“If the state tells us to disarm…”

Village guards threaten.

An article of Bahar Kılıçgedik of Taraf newspaper reports that Diyarbakır Institute for Political and Social Research (DISA) recently published their research on the village guard system as a book. The book entitled A Paramilitary Structure in Turkey from past to present: Village Guard System was co-authored by Şemsa Özar, Nesrin Uçarlar and Osman Aytar.

The book gives a detailed account on the still ongoing Village Guard system that was first established in 1985. The village guards explain that they are caught in the middle of the state and PKK: “When we lay down arms, we become direct targets of the PKK. If the state discharges us without the necessary precautions, we’ll rebel. Even if the state stops acting against terrorism, we won’t.”


According to the official data shared in the book, as of February 1, 2013 there are a total number of 46.195 temporary village guards in the 22 surrounding provinces. Unofficial estimations predict that in addition to this number, 20 to 25 thousand voluntary guards are in duty. The research was conducted in 2011 between August and October in provinces, districts and villages of Diyarbakır, Hakkâri, Mardin, Şanlıurfa, Şırnak and Van. Researchers interviewed a total of 68 people who consisted of temporary and voluntary village guards, their wives and children.

The research detected that instead of discharging the village guarding system during the ceasefire, the number of guards were increased in an effort to use the system as an assimilation model that divides the Kurdish community in order to make them more manageable and to keep them in line. The interviews revealed that the village guard system was developed as an effort to make people take sides with the state. And in this light, many crimes were committed repeatedly.


During the field study, the participants underlined that village guarding was not limited to assigned rural groups. The village guarding troops were, in general, headed by the muhtars [smallest local authority of Turkey, ruling villages and districts] themselves.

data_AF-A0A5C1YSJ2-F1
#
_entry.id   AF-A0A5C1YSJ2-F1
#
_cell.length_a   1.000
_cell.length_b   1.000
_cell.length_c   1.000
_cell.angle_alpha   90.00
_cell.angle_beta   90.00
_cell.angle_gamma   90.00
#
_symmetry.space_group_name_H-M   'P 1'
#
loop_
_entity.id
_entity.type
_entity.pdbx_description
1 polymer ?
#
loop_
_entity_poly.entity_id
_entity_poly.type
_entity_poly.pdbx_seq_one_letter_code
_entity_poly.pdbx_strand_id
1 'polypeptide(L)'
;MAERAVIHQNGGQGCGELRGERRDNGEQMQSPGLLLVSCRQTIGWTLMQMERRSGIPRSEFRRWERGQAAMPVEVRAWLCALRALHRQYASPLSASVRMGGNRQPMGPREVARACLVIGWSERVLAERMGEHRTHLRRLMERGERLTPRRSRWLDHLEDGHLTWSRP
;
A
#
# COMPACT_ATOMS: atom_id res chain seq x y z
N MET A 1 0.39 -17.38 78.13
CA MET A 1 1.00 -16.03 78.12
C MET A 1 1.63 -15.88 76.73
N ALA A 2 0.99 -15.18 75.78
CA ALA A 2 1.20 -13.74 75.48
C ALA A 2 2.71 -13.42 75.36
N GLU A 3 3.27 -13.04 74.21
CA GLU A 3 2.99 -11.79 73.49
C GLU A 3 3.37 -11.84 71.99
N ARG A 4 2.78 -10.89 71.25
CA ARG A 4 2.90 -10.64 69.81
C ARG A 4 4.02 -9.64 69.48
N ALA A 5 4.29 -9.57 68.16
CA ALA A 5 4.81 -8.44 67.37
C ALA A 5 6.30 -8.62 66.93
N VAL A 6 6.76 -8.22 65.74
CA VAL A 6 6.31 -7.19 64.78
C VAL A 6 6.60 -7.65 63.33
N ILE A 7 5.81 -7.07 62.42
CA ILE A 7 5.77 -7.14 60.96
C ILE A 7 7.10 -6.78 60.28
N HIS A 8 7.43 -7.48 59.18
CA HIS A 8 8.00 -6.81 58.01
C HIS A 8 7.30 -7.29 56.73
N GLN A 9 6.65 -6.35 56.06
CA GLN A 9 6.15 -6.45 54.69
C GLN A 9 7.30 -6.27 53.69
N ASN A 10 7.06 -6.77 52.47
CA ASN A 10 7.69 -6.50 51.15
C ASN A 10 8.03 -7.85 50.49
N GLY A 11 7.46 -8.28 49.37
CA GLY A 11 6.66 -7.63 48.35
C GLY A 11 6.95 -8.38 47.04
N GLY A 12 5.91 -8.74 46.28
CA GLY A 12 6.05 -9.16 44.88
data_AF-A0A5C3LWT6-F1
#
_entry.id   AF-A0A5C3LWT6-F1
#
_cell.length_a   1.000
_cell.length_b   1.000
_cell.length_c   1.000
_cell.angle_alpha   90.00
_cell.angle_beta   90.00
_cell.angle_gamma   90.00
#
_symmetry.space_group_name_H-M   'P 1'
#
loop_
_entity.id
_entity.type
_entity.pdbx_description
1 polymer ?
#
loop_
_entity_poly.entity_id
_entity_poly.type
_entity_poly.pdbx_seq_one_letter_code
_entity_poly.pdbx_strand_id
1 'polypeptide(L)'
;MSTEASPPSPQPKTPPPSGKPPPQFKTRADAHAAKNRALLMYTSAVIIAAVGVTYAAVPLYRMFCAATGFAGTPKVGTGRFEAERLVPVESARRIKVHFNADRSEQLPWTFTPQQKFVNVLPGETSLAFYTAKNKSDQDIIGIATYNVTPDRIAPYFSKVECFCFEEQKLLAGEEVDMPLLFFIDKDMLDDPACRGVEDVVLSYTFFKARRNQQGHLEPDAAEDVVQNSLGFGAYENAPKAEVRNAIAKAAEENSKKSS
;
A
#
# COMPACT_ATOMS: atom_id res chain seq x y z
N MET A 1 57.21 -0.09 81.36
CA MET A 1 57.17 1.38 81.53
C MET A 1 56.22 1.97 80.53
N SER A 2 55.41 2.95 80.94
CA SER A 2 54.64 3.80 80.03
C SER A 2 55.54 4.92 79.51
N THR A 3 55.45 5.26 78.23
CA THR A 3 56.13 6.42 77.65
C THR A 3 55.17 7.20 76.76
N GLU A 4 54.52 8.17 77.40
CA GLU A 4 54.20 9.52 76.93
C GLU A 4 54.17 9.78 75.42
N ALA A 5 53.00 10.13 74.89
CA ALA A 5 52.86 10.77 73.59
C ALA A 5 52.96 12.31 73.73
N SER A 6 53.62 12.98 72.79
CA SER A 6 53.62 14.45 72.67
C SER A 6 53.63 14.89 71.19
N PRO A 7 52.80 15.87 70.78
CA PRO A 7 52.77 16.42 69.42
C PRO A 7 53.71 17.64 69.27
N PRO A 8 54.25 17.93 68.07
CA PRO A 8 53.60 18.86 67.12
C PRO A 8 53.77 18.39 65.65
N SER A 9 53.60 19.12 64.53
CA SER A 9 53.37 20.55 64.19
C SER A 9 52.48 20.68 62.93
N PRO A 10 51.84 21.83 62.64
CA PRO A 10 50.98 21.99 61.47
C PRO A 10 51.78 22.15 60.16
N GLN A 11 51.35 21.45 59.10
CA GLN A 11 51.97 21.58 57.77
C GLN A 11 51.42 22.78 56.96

It was indicated that there were people who self-identified as battalion commander or captain among the troops. It was noted that a certain “Dagger Team” was present in Şırnak, while the equivalent in Van was a “Lightnings Battalion” comprising of more than 5000 village guards.


A village guard in Van says “if they came up with a solution to this problem today, if we had the chance; we would be the first ones to lay down arms” and continues “we never truly accepted the village guard system. The ones from our village and the surrounding area were all forced into doing this.” Another village guard from Midyat district of Mardin says “there is nothing that the village guard system has given us, but it has taken a whole lot. This system is sunken.” A village guardian child of Lice, Diyarbakır says “we cannot say that we are the kids of a village guard. My older brother is in college and he has to hide this all the time.” Although the village guard system is a male-only organisation, some 35-40 women were also employed as temporary village guards in different regions.

These women supersede their own village guardian husbands when they are deceased in line of duty. Village guardians who are not well received both by the villagers and the PKK are not in favour of disarming. The group announces that if the village guard system is discharged without meeting relevant demands, they will rebel: “If the state decides to terminate this system, they’d be killing us. We are not well received here, seriously. Sometimes I think that they are right about being so reactionary. Village guards have enforced violence and conducted raids here. The state cannot simply say “the task is done, hand in your weapons and walk away”. If that would be the case, it would be even worse; we would rebel.”

A foundation director who is also a village guard in Van explains that since they have volunteered for the village guard positions, they have gained many enemies. “There is always an attitude of shaming us: ‘shame on you, how can a Kurdish be a village guard himself?’ But we love our state, we love our Turkey. We would happily sacrifice ourselves for the sake of this country. If terror is not stopped, we won’t either. Even if the state stops, we’ll continue.”


The wounds of the village guards system cannot be remedied merely with meeting the employee’s personal rights. While the study points out to this conclusion, it also compiles a list of important aspects to keep in mind in case of discharging the system:

  • Those village guards who have committed crimes against civilians should immediately stand trial.
  • The village guards should abandon the settlements, residencies and lands that they have once confiscated.
  • Definitive measures preventing the former guards to continue a line of work which includes gun usage or which grants them authority or privilege should be taken.
  • A mutual agreement both between the PKK and the village guards, and between the villagers and the village guards should be established in an attempt to eliminate any acts of vengeance.

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